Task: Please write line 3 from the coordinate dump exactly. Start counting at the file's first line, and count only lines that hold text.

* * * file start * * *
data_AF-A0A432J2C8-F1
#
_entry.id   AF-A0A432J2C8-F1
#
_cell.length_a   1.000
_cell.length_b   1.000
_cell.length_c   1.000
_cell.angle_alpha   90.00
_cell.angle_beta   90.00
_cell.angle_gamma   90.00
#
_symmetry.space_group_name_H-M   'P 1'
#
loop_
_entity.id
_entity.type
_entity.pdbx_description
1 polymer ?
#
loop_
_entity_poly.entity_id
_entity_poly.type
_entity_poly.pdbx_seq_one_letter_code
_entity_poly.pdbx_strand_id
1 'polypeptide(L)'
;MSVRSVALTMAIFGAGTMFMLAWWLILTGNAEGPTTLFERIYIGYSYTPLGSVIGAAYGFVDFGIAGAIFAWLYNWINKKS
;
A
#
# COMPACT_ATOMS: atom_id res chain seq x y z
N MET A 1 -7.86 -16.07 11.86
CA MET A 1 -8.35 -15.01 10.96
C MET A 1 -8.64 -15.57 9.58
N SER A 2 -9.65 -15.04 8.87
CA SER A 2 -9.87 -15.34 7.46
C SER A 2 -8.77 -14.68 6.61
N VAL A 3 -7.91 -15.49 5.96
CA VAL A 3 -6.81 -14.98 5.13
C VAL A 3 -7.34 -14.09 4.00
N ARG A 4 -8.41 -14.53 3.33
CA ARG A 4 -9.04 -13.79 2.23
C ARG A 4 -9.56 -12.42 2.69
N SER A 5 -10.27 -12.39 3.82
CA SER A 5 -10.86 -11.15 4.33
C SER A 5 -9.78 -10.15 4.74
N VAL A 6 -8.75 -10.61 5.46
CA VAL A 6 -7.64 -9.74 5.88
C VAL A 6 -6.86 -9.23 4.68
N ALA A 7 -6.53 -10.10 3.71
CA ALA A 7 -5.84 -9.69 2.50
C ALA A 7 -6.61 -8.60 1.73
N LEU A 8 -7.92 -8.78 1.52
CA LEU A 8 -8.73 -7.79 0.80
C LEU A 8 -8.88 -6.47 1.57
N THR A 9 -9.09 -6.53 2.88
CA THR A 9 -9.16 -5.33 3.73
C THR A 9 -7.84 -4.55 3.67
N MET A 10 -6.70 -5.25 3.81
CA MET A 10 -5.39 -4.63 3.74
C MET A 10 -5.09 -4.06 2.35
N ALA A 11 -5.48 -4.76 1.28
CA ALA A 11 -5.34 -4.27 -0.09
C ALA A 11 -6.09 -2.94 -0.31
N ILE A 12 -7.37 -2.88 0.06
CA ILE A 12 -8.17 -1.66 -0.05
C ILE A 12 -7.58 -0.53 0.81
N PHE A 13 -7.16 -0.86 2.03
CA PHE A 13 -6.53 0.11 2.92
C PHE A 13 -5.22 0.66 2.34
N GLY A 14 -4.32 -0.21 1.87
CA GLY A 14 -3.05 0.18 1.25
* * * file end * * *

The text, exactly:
_entry.id   AF-A0A432J2C8-F1